Tuesday, May 15, 2018
All movies are a challenge to make, but there’s something specifically tricky about crafting a comedy sequel like “Deadpool 2.” If you stray too far from the original movie that people loved, you risk alienating the fans. (Even if, like “Gremlins 2: The New Batch,” you eventually become a cult classic.)
The ultimate goal is repetition with enhancements: the best comedy sequels, like “22 Jump Street,” give you the same stuff all over again, only upping the ante so as to justify their existence. And somewhere in the middle lies “Deadpool 2,” which never betrays the promise of the first film; it just doesn’t build on it, choosing instead to replay the greatest hits.
If you’re a fan of those hits, of course, then you’ll enjoy this encore, but anyone who wasn’t amused by the first go-round isn’t going to hop on board for this entertaining but by-the-numbers do-over.
Wade Wilson (Ryan Reynolds), aka Deadpool, has settled into something resembling normalcy, spending his days dispatching villains — what he lacks in crime-fighting panache, he makes up for with mutant healing powers that allow him to recover from gunshot wounds and worse — and his nights cozying up to Vanessa (Morena Baccarin), the love of his life. But some terrible things happen, leaving a depressed Deadpool to crash on the couch at Professor Xavier’s School for Gifted Youngsters.
(There’s a funny coda here to the gag in the first movie about how chintzy this series is about providing X-Men to fight alongside Deadpool. Even if the jokes aren’t being one-upped here, they do at least get continued in a funny way.)
Deadpool accompanies Colossus (voiced by Stefan Kapicic) and Negasonic Teenage Warhead (Brianna Hildebrand) to take care of an incident in which young mutant Firefist (Julian Dennison, “Hunt for the Wilderpeople”) lets his powers get out of control as he tries to escape an evil mutant “rehab” — basically the equivalent of one of those despicable “pray away the gay” gulags — run by the twitchy Headmaster (Eddie Marsan).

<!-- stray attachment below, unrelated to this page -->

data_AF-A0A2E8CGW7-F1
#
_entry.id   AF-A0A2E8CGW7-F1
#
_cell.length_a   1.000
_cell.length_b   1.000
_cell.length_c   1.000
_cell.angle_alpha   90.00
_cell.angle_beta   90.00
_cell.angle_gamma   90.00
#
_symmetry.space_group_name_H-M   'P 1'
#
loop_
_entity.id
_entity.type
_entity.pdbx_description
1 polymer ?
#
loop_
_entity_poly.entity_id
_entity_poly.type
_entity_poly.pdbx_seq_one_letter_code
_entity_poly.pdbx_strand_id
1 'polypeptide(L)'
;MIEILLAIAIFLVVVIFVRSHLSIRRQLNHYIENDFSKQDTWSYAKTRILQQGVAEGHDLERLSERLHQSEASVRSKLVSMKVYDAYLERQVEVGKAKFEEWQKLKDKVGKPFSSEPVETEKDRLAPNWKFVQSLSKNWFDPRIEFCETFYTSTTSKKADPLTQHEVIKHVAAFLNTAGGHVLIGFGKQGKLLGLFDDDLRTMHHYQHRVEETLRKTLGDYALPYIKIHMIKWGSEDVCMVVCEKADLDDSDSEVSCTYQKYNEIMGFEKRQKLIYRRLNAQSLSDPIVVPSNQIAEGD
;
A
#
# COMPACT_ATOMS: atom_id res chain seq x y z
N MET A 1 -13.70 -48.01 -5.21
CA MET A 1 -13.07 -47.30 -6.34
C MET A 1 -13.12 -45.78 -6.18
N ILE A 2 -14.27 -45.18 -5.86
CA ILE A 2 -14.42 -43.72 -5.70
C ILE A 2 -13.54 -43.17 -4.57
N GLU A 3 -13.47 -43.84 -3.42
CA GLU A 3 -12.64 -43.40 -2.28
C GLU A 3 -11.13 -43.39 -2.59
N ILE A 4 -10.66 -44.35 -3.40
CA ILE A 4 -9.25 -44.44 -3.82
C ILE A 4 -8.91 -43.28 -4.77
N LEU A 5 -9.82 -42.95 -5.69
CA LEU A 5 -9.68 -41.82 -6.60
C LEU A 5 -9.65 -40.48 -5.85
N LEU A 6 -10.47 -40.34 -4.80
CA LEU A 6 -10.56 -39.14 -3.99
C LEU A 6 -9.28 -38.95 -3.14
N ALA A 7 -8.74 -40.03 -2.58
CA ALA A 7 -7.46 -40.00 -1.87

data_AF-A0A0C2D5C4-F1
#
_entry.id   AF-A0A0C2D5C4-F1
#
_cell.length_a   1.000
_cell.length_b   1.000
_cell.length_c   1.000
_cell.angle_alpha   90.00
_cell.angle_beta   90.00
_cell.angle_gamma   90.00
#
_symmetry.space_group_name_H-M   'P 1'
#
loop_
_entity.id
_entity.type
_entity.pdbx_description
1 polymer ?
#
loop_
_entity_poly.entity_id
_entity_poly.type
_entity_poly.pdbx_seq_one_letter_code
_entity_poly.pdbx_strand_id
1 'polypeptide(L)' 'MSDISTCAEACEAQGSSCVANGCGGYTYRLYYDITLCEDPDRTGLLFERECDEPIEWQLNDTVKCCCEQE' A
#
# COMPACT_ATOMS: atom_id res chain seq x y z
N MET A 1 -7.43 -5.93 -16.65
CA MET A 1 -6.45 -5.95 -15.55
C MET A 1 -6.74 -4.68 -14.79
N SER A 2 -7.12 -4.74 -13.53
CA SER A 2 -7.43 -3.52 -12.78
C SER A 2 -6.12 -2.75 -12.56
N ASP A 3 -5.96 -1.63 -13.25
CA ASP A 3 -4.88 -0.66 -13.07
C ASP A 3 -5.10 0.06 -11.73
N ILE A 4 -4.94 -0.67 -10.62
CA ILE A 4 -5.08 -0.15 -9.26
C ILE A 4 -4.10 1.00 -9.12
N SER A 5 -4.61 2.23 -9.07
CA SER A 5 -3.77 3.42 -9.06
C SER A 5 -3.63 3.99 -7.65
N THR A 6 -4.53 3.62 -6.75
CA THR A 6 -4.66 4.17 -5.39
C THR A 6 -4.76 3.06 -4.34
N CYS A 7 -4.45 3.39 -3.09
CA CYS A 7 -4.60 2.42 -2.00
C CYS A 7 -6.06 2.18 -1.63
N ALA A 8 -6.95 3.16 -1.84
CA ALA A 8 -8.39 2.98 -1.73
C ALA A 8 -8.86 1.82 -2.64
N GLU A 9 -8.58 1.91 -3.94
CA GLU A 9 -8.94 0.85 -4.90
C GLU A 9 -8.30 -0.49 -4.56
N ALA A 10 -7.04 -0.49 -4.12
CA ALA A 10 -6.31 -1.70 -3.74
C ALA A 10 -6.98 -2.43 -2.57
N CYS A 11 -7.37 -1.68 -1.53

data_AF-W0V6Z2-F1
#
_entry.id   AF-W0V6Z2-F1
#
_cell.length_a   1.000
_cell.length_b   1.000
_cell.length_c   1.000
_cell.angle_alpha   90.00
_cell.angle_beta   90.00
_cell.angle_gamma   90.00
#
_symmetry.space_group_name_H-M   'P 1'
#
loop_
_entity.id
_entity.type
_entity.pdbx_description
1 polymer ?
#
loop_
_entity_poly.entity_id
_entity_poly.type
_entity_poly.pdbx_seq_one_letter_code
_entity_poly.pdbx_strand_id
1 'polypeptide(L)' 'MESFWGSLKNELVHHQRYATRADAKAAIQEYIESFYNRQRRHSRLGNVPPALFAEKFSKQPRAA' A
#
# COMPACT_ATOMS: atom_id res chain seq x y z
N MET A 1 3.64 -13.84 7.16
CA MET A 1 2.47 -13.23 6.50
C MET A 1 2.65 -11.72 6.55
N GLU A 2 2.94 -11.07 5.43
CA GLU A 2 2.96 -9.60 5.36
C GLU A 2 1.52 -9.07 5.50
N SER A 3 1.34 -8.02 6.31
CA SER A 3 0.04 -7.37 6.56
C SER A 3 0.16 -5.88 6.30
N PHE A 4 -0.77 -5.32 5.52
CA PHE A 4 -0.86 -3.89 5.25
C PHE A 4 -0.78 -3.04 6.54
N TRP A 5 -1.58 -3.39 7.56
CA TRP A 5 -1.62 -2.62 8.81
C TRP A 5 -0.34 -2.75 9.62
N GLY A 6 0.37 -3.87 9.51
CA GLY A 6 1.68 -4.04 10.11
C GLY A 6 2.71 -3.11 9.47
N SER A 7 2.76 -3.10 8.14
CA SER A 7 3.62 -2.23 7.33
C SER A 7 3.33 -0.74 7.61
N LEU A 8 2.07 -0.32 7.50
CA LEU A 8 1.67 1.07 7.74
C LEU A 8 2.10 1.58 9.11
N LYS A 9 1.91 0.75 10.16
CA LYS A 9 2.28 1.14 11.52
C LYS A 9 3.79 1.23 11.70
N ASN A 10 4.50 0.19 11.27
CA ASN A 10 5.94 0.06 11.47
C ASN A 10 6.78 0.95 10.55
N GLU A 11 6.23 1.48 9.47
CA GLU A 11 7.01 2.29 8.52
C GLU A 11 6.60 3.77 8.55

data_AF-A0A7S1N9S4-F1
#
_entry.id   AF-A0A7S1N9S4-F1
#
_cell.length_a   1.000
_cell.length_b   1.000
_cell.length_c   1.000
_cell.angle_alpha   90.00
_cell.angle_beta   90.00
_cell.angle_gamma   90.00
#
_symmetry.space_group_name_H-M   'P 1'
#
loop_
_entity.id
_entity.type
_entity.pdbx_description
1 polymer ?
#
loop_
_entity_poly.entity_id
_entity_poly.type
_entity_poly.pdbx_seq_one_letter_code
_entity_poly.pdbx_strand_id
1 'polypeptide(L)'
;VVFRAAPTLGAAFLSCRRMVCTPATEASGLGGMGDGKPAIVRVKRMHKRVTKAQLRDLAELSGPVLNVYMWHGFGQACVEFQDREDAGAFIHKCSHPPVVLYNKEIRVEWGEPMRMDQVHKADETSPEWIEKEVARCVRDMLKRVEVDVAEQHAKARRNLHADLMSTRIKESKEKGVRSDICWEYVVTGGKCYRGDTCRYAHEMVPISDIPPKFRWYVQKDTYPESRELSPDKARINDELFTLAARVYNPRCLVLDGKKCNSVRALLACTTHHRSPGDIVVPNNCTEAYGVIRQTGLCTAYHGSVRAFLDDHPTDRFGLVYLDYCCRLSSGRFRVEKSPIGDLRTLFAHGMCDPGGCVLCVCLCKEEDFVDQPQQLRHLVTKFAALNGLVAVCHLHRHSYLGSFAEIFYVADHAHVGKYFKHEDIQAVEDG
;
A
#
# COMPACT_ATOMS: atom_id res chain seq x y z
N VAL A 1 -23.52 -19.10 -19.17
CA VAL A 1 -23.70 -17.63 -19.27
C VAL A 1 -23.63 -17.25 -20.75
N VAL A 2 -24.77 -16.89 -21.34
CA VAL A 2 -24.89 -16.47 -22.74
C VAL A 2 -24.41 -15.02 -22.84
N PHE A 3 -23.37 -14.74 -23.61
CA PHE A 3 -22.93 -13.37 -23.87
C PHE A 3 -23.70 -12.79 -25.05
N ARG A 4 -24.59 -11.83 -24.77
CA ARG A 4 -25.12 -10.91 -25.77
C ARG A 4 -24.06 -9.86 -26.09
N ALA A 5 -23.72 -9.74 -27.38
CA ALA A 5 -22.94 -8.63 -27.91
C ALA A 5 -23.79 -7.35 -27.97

The mission is a disaster, and Deadpool and Firefist get shipped off to “the icebox,” a Supermax prison for mutants. To make things worse, time-traveling badass Cable (Josh Brolin) is determined to kill Firefist, forcing Deadpool to become the kid’s reluctant guardian, to the point where he assembles his own super-team, including the insanely lucky Domino (Zazie Beetz, “Atlanta”) and a non-powered guy named Peter (Rob Delaney), just because.
Like the first movie, “Deadpool 2” will test your limits for “just because,” but if you like insanely over-the-top action sequences peppered with the fourth-wall-breaking non sequiturs that are the character’s stock in trade — yes, the name “Firefist” will be mocked, and yes, Deadpool calls Cable “Thanos” at one point — then you’ll be just as amused and entertained this time around as before.
Reynolds’ snark level continues to operate at maximum capacity (and that’s a good thing) and director David Leitch (“Atomic Blonde”) has reassembled ensemble players like Leslie Uggams and Karan Soni (and yes, T.J. Miller) to pop in long enough to repeat their witty shtick. Among the newcomers, Beetz provides a great deal of enjoyment as a superhero whose charmed life is weaponized against anyone who might come at her. Brolin, on the other hand, feels as one-note here as he is in “Avengers: Infinity War”; the only juicy villainy comes from Marsan’s creepy mutant-hater.
If there’s one area in which “Deadpool 2” goes to unexplored territory for the Marvel movies, it’s by giving us a non-enigmatic, canonically queer superhero: two of them, actually, since Negasonic Teenage Warhead’s girlfriend is fellow X-Men member Yukio (Shioli Kutsuna).
Does “Deadpool 2” pick up its predecessor’s baton and run off to new and exciting places? Not really. Is it as tasty as leftovers on the second day? Absolutely. Temper your expectations accordingly.
Source: the wrap